And it seems to Job that God is considering him beyond being able to be cleansed of his sin. Maybe he’s uncleanable. And if that’s the case, then Job is hopeless, because…
4 Who can bring a clean thing out of an unclean?
And this question reminds us of what the Lord says in the Old Testament book of Haggai when he asks the priests if when they touch bread with holy meat if the bread becomes holy.
You’ve got bread over here. You’ve got meat that’s been consecrated to God over here. And the question is whether the meat will consecrate the bread if the two touch.
And the answer is “no.” Holy meat will not make normal bread holy. You can’t consecrate bread by putting consecrated meat on it. All you do is make a sandwich.
But the opposite is certainly the case. If someone who was ceremonially unclean according to the Mosaic Law touched anything else, that other thing would become unclean.
So, here, Job says something similar. It’s not possible to bring something clean out of something unclean. No one can do it. It’s an impossibility.
And since that’s what Job thinks God is considering him to be – as unclean – he’s feeling hopeless that this can ever change. And thus, the way that God is dealing with Job will never change – in his mind, at least.
Why trouble an already-short life?
And so, Job continues with this theme of questioning God as to why he’s so harsh with him.
And Job’s next argument goes like this: God has determined the length of everyone’s life. He knows how long each man will live. And so – in light of that – Job basically says, “Then please just let me live until this short life you gave me is over!“
5 Seeing [his/man’s] days are determined,
the number of his months are [with thee/under your control],
thou hast appointed his [bounds/limits] [i.e., of years…]
[so…] that he cannot pass;
6 [Turn/Look away] from him, that he may rest,
till he shall [accomplish/fulfill], as an hireling, his day.
So, God determines our days – how long we live. That’s all in God’s hands.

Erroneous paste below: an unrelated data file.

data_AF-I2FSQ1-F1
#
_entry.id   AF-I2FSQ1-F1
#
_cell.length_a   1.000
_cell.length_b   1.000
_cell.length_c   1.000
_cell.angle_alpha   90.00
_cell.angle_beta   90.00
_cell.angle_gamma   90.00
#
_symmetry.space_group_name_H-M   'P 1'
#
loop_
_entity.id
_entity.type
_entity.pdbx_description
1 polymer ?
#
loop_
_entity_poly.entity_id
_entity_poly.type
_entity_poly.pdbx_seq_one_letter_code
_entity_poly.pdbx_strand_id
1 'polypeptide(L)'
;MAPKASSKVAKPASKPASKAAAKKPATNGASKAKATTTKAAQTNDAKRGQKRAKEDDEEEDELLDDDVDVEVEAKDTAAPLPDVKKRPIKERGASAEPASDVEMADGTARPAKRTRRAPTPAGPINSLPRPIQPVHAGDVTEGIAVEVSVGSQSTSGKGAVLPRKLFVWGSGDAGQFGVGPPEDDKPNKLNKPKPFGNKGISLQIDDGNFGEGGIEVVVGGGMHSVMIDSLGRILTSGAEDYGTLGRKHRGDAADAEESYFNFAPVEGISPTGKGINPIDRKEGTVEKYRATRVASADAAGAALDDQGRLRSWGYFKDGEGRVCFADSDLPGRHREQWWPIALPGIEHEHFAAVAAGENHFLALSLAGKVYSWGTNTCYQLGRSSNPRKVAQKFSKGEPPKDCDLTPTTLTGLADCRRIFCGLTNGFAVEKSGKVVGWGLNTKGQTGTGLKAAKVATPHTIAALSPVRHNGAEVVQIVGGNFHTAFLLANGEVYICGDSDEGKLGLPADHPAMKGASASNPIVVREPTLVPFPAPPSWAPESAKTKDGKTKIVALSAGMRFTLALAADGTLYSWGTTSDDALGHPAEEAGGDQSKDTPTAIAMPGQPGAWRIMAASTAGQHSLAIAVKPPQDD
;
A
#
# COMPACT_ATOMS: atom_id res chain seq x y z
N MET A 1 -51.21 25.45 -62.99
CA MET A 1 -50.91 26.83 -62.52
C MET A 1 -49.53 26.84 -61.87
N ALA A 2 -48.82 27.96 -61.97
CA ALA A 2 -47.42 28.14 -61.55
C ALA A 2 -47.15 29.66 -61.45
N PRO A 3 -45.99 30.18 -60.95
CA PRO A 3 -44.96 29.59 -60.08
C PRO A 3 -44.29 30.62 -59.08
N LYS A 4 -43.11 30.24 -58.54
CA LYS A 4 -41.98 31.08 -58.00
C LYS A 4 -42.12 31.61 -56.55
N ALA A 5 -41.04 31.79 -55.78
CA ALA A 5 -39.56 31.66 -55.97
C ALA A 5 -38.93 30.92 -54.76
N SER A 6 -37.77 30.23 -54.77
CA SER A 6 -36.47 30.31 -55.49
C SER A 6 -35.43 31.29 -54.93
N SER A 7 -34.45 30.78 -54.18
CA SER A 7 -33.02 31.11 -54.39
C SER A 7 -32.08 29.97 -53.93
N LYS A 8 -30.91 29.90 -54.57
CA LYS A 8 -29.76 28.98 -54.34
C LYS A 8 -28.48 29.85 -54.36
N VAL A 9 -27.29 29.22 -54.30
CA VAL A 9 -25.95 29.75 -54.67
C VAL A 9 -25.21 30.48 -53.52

And that time is ultimately so short. So short – in fact – that Job urges God to basically just leave suffering mankind alone until their short life – over which God has complete control – is finished.
Hope for a tree
Now, Job continues and he states that there is hope for a dead tree.
And we’ll see where he’s going with this assertion in just a little while. But let’s follow what he says for now.
7 For there is hope [of/for] a tree,
if it be cut down,
Here’s the hope…
that it will sprout again,
and that [the tender branch thereof/its new shoots] will not [cease/fail].
And that’s the case even when it seems like there’s practically no life left in a dead old tree.
8 Though [the root thereof/its roots] [wax/grow] old in the [earth/ground],
and [the stock thereof/its stump] [begins to…] die in the [ground/soil];
But if you introduce one key ingredient to the picture, it will come back to life!
9 Yet [through/at] the scent of water it will [bud/flourish],
and [bring/put] forth [boughs/sprigs/shoots] like a [new…] plant.
And this is a really interesting natural phenomenon. Trees find a way to come back to life. Even the ugliest old trees that look as dead as dead can be so often spring back to life. It seems like all they need is water and they’re finding ways to sprout and grow and venture into new areas.
No hope for man
But – and this is where Job is going with the tree discussion – in contrast to the dead tree – a man who dies has no hope of coming back to life in his same old body. The old tree just comes back to life with its same form – but it doesn’t work that way for man.
10 But man dieth, and [wasteth away/lies prostrate/is powerless]:
yea, man [giveth up the ghost/expires], and where is he?
And really, if all you have to go on in this life is what the eye can see, then that last question that Job asks is where you’re left. When your loved one’s body ceases to function, where is he? Because that thing lying in the casket is not him! Where is he?
And once again, we’re not quite sure what Job would have known about the afterlife. And yet, I don’t think that this is Job denying the existence of heaven or hell. I think it’s him once more looking at things from the external human-only perspective.
And to our physical senses, when a man’s body expires, he never comes back in that same exact body, unchanged. It doesn’t happen. The resurrection body is not the same sin-cursed body that you die in. It’s glorious and new.
Man is like an evaporating sea
So, instead of being like a dead tree – which has some hope of new life springing back into what appears to be dead – man is more like a body of water whose content is evaporating.
11 As the waters [fail/evaporate/disappear] from the sea,
and [the flood/a river] [decayeth/becomes parched/drains away] and drieth up: